Maria cosponsored and helped pass the Post-9/11 Veterans Educational Assistance Act of 2007, which was signed into law in June 2008. Dubbed the “21st Century GI Bill”, this law significantly expanded support for veterans education, opening doors for veterans to attend a wide range of continuing education schools including community and vocational colleges. 
  • Ensuring Troops Votes are Counted: In 2008, nearly 23 percent of the ballots mailed to Washington state service members were not cast. Maria fought to make sure that service members had every opportunity to vote.  In 2009, Maria cosponsored and helped to pass an amendment that safeguards troops’ rights to vote by streamlining states’ delivery and counting methods for deployed troops. After leading Congress to pass the amendment Maria said,  “Allowing our troops their rightful place in the democratic process is not only what we should do. It’s what we must do.”

Providing Quality Health Care to Our Men and Women in Uniform

  • Expanding Health Care for Veterans in Puget Sound: Maria is committed to providing veterans with the medical assistance they have earned. When veterans in Whatcom County said they needed better access to care, Maria took their concerns to the U.S. Department of Veterans Affairs. In 2007 Maria urged federal officials to open a new Department of Veterans Affairs clinic in Mount Vernon to serve Northwest Washington veterans who previously had to travel to the Seattle clinic for care. The new Mount Vernon clinic, which opened in 2009, provides essential medical care to Northwest veterans, including 17,000 living in Whatcom County.
  • Increasing Veterans’ Access to Medical Care in Eastern Washington: After the Walla Walla Medical Center was targeted for closure in 2004, Maria worked hand in hand with the Washington delegation to keep the Medical Center open. Along with her colleagues, Maria urged state officials and then- Secretary of Veterans Affairs Anthony Principi to preserve the facility. In 2008, after four years of debate, Veterans Affairs officials finally agreed to preserve the Medical Center. Maria and her colleagues also successfully pushed state and federal officials to invest in vital upgrades for the Medical Center including restoring the original hospital and constructing a new 67,000-square-foot outpatient clinic, which is expected to be completed by March 2013. The preservation of Walla Walla Medical Center means that thousands of veterans in the region will be able to receive medical treatment ranging from primary care, to outpatient care, to mental health care.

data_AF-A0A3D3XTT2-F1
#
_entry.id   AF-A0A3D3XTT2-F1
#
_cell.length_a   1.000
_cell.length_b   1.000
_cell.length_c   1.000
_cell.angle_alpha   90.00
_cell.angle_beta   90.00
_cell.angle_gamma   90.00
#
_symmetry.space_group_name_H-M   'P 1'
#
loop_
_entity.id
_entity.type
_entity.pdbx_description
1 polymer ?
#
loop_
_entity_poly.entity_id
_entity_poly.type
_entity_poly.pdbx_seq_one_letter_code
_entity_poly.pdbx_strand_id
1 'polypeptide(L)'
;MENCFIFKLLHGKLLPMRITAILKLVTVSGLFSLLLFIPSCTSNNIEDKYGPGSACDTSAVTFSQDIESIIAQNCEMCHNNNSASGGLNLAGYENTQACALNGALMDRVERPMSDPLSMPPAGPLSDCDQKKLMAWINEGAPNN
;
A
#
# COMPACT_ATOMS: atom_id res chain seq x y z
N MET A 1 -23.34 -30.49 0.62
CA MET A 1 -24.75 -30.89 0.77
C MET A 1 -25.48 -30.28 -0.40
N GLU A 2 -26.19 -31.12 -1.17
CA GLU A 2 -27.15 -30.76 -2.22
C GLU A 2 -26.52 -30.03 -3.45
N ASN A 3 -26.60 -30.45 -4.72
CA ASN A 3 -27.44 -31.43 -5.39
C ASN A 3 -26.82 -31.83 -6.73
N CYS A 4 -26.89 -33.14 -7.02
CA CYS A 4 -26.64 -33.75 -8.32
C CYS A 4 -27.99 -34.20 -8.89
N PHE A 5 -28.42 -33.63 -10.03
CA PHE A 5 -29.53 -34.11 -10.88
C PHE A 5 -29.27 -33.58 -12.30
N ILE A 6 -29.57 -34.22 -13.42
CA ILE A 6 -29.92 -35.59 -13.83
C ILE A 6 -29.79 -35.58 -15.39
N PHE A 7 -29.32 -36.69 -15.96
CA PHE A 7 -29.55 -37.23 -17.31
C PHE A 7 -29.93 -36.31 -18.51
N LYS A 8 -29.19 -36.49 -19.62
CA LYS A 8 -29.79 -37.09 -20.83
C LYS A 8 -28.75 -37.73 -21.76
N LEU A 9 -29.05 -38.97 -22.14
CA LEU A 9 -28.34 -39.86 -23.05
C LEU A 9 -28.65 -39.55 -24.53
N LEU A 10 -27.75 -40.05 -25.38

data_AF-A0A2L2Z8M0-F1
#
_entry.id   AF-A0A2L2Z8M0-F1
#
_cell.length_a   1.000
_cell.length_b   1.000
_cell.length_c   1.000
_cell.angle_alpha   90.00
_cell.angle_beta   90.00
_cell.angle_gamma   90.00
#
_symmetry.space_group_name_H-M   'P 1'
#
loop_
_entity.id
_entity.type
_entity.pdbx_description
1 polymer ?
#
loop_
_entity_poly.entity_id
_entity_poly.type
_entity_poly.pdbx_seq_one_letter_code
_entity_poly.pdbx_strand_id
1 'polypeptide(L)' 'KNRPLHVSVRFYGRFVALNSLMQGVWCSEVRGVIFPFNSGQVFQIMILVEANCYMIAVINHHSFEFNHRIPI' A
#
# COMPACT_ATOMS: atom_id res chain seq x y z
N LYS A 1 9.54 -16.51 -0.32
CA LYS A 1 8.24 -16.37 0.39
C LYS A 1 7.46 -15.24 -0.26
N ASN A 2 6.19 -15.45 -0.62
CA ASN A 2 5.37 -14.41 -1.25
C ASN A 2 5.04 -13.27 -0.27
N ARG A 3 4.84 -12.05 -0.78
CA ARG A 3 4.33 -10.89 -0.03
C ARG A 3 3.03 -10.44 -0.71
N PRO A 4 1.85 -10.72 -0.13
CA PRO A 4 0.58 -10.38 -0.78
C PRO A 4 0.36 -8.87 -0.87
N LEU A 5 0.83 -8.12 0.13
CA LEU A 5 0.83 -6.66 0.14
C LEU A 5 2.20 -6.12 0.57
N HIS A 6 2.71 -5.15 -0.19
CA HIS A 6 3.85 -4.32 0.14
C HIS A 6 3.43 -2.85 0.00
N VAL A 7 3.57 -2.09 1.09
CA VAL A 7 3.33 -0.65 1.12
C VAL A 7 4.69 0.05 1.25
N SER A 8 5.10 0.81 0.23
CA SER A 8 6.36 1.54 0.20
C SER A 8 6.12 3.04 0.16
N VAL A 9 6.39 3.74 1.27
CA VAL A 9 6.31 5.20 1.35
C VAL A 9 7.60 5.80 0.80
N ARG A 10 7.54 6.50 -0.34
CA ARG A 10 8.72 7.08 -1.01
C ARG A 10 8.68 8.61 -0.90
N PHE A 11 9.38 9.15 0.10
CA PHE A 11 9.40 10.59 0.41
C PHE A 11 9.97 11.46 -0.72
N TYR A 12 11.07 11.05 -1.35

Standing with Military Families   

  • Fighting for Military Survivors Benefits: Inspired by stories from Washingtonians like Debbie Bridges, Federal Way military widow and president of the local Gold Star Wives chapter, Maria worked to ensure that survivors of military personnel receive full benefits.  

    33-year-old Army Staff Sergeant Steven Bridges was killed when his Stryker combat vehicle overturned in Iraq in 2003. In the wake of his loss, Debbie Bridges had major difficulties accessing the benefits that she was promised as a surviving spouse. Debbie was eligible to apply for separate benefits from both the Dependency and Indemnity Compensation program and the Survivors Benefit Plan. Although the survivors’ benefits were designed to support survivors like Debbie, the two-program system penalizes survivors who receive benefits from the DIC program by reducing Survivors Benefit Plan benefits. This bureaucratic inconsistency prevented Debbie from getting the full support and assistance she was owed.

    Debbie’s struggle prompted Maria to cosponsor and fight for legislation that guarantees full federal support for survivors who have lost a loved one through service to our nation.  Maria urged House and Senate leaders to correct the flaw and make sure that military spouses receive full benefits from both programs.   

    “We can’t forget about the husbands, wives, and children of the brave men and women who have given their lives for our county. They need to know our government will be there for them and stand by them in their time of need.” – Senator Maria Cantwell, 6/3/06

Supporting Washington’s Military Bases

From Joint Base Lewis-McChord , to Naval Air Station Whidbey Island, to Naval Base Kitsap, to  Naval StationEverett, to Fairchild Air Force Base, military bases are a crucial part of Washington state’s identity, a key segment of the economy, and a vital part of our nation’s defense infrastructure. Throughout her tenure in the Senate, Maria has fought to ensure that Washington troops have the resources they need to defend America. She has demanded that the Pentagon give Washington state officials input on realignment decisions and she worked to stop Pentagon plans to transfer vital air-defense units to the East Coast.